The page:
Manitoba to defend CWB status quo in ad campaign

Revised, June 13 — Manitoba’s provincial government has launched a three-week multimedia ad campaign urging Ottawa to reconsider its deregulation plans for the Canadian Wheat Board.

Premier Greg Selinger announced the campaign Monday morning in Winnipeg, urging that the right to decide the board’s future be reserved for Prairie farmers — but also warning of economic consequences for Manitoba, both within and outside the provincial capital.

The campaign will include ads on TV and radio and in print media, plus an online petition.

The announcement follows the federal government’s stated plans to strip the CWB of its single marketing desk for Prairie wheat, durum and barley via legislation in time for the beginning of the 2012-13 crop year.

Previous bills from the federal Conservative government calling for an end to the single desk have been derailed by the opposition parties, but are practically guaranteed passage in the Commons after the election of a Tory majority May 2.

“The CWB is important to so many Manitobans, providing grain growers with an effective and reliable way to sell their grains along with employing hundreds of people in Winnipeg,” Selinger said in a release.

The CWB employs over 400 people in Winnipeg and supports 2,000 “indirect” jobs in the city, Selinger said. The board, which last year shipped 600,000 tonnes of wheat through the Port of Churchill, is by far the biggest user of the Hudson Bay port.

“We’re very concerned with the message the federal government is sending to farmers and we won’t just let them pull the plug on the Canadian Wheat Board,” he said.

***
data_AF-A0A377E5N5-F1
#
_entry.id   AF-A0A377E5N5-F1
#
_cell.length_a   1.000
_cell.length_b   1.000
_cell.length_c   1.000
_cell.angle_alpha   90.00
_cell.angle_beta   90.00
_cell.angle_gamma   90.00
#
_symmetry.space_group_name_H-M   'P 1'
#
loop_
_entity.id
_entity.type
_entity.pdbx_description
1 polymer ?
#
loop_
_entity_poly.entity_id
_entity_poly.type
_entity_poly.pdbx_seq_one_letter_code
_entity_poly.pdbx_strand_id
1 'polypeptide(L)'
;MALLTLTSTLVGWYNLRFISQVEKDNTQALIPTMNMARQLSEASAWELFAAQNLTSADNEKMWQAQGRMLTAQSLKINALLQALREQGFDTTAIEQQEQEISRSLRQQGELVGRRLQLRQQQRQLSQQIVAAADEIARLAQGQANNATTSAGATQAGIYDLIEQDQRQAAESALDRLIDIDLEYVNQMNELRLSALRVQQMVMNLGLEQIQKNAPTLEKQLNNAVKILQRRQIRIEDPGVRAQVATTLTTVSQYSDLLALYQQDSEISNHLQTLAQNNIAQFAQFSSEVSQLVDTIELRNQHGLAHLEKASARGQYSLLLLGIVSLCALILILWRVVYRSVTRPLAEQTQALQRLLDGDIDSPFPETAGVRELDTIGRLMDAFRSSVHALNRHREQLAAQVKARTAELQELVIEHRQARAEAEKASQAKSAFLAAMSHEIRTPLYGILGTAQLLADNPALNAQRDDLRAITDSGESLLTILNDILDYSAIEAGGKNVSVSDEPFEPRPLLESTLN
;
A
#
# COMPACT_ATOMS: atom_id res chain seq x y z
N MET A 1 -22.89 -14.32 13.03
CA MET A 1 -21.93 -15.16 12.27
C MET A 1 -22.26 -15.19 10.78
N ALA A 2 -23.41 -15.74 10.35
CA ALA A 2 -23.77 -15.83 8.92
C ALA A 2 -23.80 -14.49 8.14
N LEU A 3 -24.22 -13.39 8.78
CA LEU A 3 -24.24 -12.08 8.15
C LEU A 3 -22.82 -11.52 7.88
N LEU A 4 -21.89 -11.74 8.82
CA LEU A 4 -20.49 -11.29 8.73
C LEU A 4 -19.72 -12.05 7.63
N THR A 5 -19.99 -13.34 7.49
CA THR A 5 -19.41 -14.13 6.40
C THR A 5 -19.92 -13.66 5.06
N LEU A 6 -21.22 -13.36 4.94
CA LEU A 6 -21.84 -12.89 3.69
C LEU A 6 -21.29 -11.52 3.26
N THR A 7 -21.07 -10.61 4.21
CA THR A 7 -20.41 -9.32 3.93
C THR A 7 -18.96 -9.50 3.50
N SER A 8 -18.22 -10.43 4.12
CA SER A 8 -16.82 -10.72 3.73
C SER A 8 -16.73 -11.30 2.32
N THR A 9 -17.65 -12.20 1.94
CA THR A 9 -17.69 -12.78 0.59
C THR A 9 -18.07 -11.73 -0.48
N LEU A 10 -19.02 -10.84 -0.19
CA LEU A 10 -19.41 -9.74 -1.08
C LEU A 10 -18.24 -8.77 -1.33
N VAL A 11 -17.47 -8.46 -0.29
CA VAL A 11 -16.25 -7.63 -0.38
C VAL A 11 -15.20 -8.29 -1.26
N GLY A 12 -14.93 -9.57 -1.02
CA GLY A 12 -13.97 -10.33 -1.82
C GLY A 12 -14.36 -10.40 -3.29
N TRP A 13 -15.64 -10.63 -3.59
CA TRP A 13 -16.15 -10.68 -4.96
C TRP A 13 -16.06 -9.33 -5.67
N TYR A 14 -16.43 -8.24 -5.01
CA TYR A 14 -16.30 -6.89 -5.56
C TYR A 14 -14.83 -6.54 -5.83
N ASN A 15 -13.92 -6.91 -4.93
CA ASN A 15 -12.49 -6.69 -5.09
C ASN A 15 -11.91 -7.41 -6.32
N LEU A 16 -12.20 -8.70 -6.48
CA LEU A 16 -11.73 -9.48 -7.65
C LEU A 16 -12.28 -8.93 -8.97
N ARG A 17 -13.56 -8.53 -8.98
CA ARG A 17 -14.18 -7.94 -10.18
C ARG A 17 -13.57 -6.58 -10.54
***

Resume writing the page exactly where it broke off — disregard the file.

Selinger called on “all members of the (Manitoba) legislature…to push the federal government to reverse its decision immediately.”

Hugh McFadyen, leader of the provincial opposition Progressive Conservatives, is on record in 2006 as urging Prime Minister Stephen Harper to hold a farmer plebiscite before making any changes to the board’s mandate.

However, in a statement Monday afternoon, McFadyen said the future of the CWB “was decided by Manitobans and Canadians” in last month’s federal election.

“Manitobans need a leader who will look to the future instead of spending taxpayer money on a negative advertising campaign focused on the past,” he said.

McFadyen, whose current caucus hails largely from the province’s rural and agricultural ridings, heads to the polls against Selinger’s NDP government on Oct. 4.

“We run it”

“As farmers, we have the right to determine the future of our marketing agency,” CWB chairman Allen Oberg, who farms at Forestburg, Alta., said in the province’s release Monday. “We pay for the CWB, we run it, we should decide what happens to it.”

Provincial-level campaigning in the CWB debate is not unprecedented. The Manitoba government conducted its own vote among the province’s farmers in 2006 on their level of support for the board’s single desks.

Results from that vote found 62 per cent support for the single barley desk and 69 per cent support for the CWB’s single desk for wheat.

The Alberta government has also previously waded into the CWB debate, supporting deregulation through the “Choice Matters” campaign it launched in 2006 and relaunched in 2010 via the Alberta Grains Council, a provincially-funded advisory agency on grain-related issues.

The Alberta government has said it respects the CWB director election process but has added that only one of the CWB’s 10 electoral districts lies entirely within Alberta borders, therefore CWB elections don’t reflect Alberta growers’ demands for deregulation.

Manitoba, similarly, has just one of 10 CWB electoral districts entirely within the province’s borders.

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